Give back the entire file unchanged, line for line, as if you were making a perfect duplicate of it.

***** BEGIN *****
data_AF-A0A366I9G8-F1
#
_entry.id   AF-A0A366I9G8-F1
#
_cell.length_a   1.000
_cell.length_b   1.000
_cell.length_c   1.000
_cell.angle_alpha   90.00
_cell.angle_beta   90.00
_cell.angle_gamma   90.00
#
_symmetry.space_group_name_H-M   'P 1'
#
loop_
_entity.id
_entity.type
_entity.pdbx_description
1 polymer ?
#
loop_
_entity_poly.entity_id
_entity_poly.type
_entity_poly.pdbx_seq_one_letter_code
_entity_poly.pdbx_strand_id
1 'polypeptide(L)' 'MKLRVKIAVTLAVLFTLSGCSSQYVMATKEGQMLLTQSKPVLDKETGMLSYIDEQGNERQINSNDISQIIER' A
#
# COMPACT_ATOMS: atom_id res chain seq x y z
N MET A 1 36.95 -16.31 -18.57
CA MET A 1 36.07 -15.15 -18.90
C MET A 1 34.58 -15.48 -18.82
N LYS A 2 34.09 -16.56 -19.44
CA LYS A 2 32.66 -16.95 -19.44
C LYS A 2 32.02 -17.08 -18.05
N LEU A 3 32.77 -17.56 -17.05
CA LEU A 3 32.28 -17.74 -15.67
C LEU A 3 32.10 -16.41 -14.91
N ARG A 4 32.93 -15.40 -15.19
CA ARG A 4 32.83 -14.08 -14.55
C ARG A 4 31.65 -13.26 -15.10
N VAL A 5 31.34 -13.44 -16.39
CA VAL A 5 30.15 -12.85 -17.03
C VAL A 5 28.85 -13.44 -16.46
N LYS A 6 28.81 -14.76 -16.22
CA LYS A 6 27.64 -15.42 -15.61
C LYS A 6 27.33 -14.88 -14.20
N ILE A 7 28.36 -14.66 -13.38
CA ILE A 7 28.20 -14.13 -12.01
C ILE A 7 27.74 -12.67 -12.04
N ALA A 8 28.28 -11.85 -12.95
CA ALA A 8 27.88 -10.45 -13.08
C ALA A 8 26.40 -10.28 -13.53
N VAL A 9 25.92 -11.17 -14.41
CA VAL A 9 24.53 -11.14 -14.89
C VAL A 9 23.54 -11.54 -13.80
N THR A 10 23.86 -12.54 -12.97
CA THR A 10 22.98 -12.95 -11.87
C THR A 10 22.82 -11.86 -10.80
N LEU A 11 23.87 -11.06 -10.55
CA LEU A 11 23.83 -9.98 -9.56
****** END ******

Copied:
data_AF-A0A366I9G8-F1
#
_entry.id   AF-A0A366I9G8-F1
#
_cell.length_a   1.000
_cell.length_b   1.000
_cell.length_c   1.000
_cell.angle_alpha   90.00
_cell.angle_beta   90.00
_cell.angle_gamma   90.00
#
_symmetry.space_group_name_H-M   'P 1'
#
loop_
_entity.id
_entity.type
_entity.pdbx_description
1 polymer ?
#
loop_
_entity_poly.entity_id
_entity_poly.type
_entity_poly.pdbx_seq_one_letter_code
_entity_poly.pdbx_strand_id
1 'polypeptide(L)' 'MKLRVKIAVTLAVLFTLSGCSSQYVMATKEGQMLLTQSKPVLDKETGMLSYIDEQGNERQINSNDISQIIER' A
#
# COMPACT_ATOMS: atom_id res chain seq x y z
N MET A 1 36.95 -16.31 -18.57
CA MET A 1 36.07 -15.15 -18.90
C MET A 1 34.58 -15.48 -18.82
N LYS A 2 34.09 -16.56 -19.44
CA LYS A 2 32.66 -16.95 -19.44
C LYS A 2 32.02 -17.08 -18.05
N LEU A 3 32.77 -17.56 -17.05
CA LEU A 3 32.28 -17.74 -15.67
C LEU A 3 32.10 -16.41 -14.91
N ARG A 4 32.93 -15.40 -15.19
CA ARG A 4 32.83 -14.08 -14.55
C ARG A 4 31.65 -13.26 -15.10
N VAL A 5 31.34 -13.44 -16.39
CA VAL A 5 30.15 -12.85 -17.03
C VAL A 5 28.85 -13.44 -16.46
N LYS A 6 28.81 -14.76 -16.22
CA LYS A 6 27.64 -15.42 -15.61
C LYS A 6 27.33 -14.88 -14.20
N ILE A 7 28.36 -14.66 -13.38
CA ILE A 7 28.20 -14.13 -12.01
C ILE A 7 27.74 -12.67 -12.04
N ALA A 8 28.28 -11.85 -12.95
CA ALA A 8 27.88 -10.45 -13.08
C ALA A 8 26.40 -10.28 -13.53
N VAL A 9 25.92 -11.17 -14.41
CA VAL A 9 24.53 -11.14 -14.89
C VAL A 9 23.54 -11.54 -13.80
N THR A 10 23.86 -12.54 -12.97
CA THR A 10 22.98 -12.95 -11.87
C THR A 10 22.82 -11.86 -10.80
N LEU A 11 23.87 -11.06 -10.55
CA LEU A 11 23.83 -9.98 -9.56